Joe Tehan, the chip leader at the start of final table play, had been on a downward slide until he hit rock bottom against Jacobo Fernandez. Tehan was all in preflop with JhTh against Fernandez’s 9c9s. The flop missed both players coming 2dQdAs, giving Tehan 4 extra outs. Neither the turn, 8s, nor the river, 7h, were saving graces. Tehan left in 6th place, pocketing $43,796.
Only having 100,000 in chips, Russ Harriman’s all in was an easy call for Greg Alston. Harriman’s QcQd looked good when Alston showed his AhJs. The flop revealed 2d3sAd, leaving Harriman in need of another queen. The turn and river came 5c5s, eliminating Harriman in 5th place, and earning him
$55,474.
Robert Lipkin pushed all in over the top of Singer’s raise from the button. Singer called and showed his JsJc. Lipkin’s 7d5d would need a lot of help if he was to stay in the tournament. The board was unhelpful on this hand, showing Qh2sTs9s2c at the end of the hand. Lipkin took home a 4th place finish and $67,640.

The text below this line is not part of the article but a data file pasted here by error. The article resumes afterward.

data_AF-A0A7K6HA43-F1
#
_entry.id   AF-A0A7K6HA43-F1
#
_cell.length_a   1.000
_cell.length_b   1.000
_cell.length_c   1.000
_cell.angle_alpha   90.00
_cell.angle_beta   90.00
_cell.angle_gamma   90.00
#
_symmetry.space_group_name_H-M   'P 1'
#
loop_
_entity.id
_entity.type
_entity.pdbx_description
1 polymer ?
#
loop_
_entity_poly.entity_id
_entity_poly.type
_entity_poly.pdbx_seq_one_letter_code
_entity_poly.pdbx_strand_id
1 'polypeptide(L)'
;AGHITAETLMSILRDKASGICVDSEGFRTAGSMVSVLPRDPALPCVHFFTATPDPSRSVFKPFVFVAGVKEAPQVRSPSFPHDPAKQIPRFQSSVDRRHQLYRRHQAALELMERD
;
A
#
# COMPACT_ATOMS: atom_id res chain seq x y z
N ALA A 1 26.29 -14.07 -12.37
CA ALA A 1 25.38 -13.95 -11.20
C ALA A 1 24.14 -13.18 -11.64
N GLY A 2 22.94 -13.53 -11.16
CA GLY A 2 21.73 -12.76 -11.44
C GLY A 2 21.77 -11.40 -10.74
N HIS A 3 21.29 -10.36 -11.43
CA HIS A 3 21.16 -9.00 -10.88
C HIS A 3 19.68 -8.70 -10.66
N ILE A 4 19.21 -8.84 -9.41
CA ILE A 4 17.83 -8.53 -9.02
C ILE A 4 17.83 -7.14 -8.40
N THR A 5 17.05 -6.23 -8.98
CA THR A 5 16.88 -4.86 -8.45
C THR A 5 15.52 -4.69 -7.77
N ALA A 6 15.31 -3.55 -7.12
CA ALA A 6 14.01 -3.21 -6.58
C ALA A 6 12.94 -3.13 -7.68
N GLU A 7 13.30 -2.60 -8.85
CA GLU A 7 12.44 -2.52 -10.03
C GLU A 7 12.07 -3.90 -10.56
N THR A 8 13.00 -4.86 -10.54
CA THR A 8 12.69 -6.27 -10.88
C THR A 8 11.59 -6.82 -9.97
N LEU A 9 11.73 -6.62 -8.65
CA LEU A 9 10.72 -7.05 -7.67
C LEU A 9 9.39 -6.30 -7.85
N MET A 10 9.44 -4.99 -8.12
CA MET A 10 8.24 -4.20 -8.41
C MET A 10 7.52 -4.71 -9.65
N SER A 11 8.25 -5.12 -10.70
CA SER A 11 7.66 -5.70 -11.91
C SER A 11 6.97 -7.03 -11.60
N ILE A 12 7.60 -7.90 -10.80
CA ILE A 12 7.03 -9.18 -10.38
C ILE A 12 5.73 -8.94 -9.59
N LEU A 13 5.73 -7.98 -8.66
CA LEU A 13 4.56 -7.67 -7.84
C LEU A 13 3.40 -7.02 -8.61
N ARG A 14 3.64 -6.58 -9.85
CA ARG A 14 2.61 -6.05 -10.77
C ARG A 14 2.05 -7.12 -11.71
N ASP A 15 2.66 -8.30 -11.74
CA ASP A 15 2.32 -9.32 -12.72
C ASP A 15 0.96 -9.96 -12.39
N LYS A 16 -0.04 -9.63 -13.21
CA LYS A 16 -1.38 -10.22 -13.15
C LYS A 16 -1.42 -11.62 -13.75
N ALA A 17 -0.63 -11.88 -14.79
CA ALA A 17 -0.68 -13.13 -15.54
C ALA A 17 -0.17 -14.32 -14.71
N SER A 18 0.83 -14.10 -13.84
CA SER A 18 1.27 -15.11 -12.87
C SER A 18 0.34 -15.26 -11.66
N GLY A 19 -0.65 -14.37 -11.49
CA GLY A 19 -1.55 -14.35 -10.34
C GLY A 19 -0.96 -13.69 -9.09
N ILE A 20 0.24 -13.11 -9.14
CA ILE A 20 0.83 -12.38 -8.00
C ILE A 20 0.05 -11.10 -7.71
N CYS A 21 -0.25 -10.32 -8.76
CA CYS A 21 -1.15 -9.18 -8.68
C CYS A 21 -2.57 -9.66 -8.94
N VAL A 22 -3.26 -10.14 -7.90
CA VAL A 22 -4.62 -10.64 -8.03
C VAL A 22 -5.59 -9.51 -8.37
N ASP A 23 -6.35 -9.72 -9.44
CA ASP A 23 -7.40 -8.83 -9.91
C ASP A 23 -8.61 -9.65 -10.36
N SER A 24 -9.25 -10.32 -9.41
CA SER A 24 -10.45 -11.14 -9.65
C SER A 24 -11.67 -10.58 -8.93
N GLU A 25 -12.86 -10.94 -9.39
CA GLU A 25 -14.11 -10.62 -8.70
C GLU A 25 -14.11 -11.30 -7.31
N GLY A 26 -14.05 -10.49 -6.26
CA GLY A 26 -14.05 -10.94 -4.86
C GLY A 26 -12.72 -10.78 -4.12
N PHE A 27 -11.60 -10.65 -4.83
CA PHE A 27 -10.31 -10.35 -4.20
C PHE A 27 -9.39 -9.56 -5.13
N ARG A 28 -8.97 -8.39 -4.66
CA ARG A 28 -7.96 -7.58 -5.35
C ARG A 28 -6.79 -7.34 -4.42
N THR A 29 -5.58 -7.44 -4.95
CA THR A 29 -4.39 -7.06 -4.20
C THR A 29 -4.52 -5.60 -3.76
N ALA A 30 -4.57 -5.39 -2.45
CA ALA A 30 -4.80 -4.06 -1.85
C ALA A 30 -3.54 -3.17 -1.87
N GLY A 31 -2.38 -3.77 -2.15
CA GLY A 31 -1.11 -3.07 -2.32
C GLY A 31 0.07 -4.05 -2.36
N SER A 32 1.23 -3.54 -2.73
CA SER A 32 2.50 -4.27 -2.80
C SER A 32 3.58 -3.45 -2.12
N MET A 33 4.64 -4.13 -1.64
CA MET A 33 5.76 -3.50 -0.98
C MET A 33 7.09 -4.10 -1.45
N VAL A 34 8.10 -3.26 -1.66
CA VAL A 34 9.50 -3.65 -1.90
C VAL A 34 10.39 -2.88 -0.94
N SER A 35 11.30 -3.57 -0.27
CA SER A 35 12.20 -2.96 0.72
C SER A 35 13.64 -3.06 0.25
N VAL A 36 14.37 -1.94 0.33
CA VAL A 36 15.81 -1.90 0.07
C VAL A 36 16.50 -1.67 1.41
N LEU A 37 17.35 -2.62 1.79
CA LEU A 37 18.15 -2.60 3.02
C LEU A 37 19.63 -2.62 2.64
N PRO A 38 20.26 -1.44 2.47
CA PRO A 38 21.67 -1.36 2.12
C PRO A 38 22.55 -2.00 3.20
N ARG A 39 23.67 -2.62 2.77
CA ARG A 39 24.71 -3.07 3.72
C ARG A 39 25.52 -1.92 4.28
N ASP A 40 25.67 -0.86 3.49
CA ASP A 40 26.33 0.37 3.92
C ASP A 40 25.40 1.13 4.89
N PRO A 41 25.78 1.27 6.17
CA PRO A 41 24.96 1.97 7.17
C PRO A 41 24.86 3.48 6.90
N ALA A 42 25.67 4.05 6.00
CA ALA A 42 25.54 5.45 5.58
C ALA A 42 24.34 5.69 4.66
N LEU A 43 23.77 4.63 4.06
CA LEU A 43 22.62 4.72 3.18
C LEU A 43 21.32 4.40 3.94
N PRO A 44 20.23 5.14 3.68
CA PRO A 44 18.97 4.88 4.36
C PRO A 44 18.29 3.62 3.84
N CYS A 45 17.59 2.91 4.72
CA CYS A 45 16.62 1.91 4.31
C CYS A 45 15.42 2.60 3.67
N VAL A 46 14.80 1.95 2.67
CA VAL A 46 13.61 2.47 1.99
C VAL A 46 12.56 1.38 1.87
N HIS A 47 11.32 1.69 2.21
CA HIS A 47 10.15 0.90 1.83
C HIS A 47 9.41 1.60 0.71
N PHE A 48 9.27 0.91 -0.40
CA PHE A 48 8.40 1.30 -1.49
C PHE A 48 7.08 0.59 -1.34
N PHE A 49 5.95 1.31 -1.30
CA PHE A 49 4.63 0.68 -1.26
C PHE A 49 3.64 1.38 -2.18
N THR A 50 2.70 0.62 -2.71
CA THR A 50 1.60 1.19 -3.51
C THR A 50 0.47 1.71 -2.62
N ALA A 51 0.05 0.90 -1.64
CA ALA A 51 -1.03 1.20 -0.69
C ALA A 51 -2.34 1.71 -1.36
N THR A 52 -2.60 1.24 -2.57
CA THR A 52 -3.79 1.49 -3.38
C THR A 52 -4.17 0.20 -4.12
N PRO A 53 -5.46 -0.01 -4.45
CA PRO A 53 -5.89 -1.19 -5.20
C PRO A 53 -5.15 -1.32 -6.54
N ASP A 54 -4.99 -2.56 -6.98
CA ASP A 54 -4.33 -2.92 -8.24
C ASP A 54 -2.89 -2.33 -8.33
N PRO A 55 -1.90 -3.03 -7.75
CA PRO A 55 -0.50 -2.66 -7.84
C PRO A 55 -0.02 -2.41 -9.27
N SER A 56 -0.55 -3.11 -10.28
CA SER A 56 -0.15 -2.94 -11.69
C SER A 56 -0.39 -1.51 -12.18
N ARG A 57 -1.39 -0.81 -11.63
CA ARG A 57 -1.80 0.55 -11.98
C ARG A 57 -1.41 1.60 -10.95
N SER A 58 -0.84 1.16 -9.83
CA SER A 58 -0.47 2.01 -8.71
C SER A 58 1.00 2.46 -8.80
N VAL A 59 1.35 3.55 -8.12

Being a distant 3rd in chip count, Greg Alston moved all in with pocket Jacks, which looked good until Fernandez caught an 8 on the turn to make his pocket pair a set. The river was unable to save Alston and left in 3rd place, winning $82,725.
The final two hands of over four hours of heads-up play provided a huge amount of excitement. Singer doubled up on the second to last hand when his AhKd turned into two pair against Fernandez’s 5h5d giving Singer a huge chip lead.
With his tournament on the line Fernandez played his 7c3h. He flopped two pair when the board showed 3d5s7d. The turn was a 6c. Singer bet 40,000 into Fernandez, who raised to 180,000, only for singer to come over the top and re-raise to 480,000. Fernandez called, moving all in. Singer showed Qs4s, for the turned straight. The river was a Jh. Fernandez left in second place, with a $136,643 payday. Singer’s first WSOP win earned him $214,131.

Erick Lindgren Wins First Bracelet